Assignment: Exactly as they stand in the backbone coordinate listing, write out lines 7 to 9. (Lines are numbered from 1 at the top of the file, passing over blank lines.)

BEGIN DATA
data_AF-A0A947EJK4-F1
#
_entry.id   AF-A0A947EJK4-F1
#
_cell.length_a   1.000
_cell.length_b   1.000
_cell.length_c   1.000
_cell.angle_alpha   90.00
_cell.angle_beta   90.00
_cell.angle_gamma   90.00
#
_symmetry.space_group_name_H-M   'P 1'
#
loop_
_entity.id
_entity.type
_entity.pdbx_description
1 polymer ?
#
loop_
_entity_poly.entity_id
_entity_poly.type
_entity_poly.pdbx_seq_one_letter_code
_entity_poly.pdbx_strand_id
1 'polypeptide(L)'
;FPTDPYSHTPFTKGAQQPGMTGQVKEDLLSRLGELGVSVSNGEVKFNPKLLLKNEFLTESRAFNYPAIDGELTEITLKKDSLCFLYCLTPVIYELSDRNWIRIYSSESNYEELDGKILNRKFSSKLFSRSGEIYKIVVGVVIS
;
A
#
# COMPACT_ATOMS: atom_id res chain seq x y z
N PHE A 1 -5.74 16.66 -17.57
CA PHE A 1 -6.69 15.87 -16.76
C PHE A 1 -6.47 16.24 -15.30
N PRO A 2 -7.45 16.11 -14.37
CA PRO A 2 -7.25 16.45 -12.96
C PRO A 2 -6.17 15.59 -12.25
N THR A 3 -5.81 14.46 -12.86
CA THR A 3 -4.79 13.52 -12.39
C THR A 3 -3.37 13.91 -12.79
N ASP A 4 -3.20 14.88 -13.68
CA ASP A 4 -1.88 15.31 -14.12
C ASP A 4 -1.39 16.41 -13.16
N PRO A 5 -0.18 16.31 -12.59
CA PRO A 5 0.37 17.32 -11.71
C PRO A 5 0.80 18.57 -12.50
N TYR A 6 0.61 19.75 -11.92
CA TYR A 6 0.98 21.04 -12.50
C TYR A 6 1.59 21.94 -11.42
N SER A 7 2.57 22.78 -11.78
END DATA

_cell.length_c   1.000
_cell.angle_alpha   90.00
_cell.angle_beta   90.00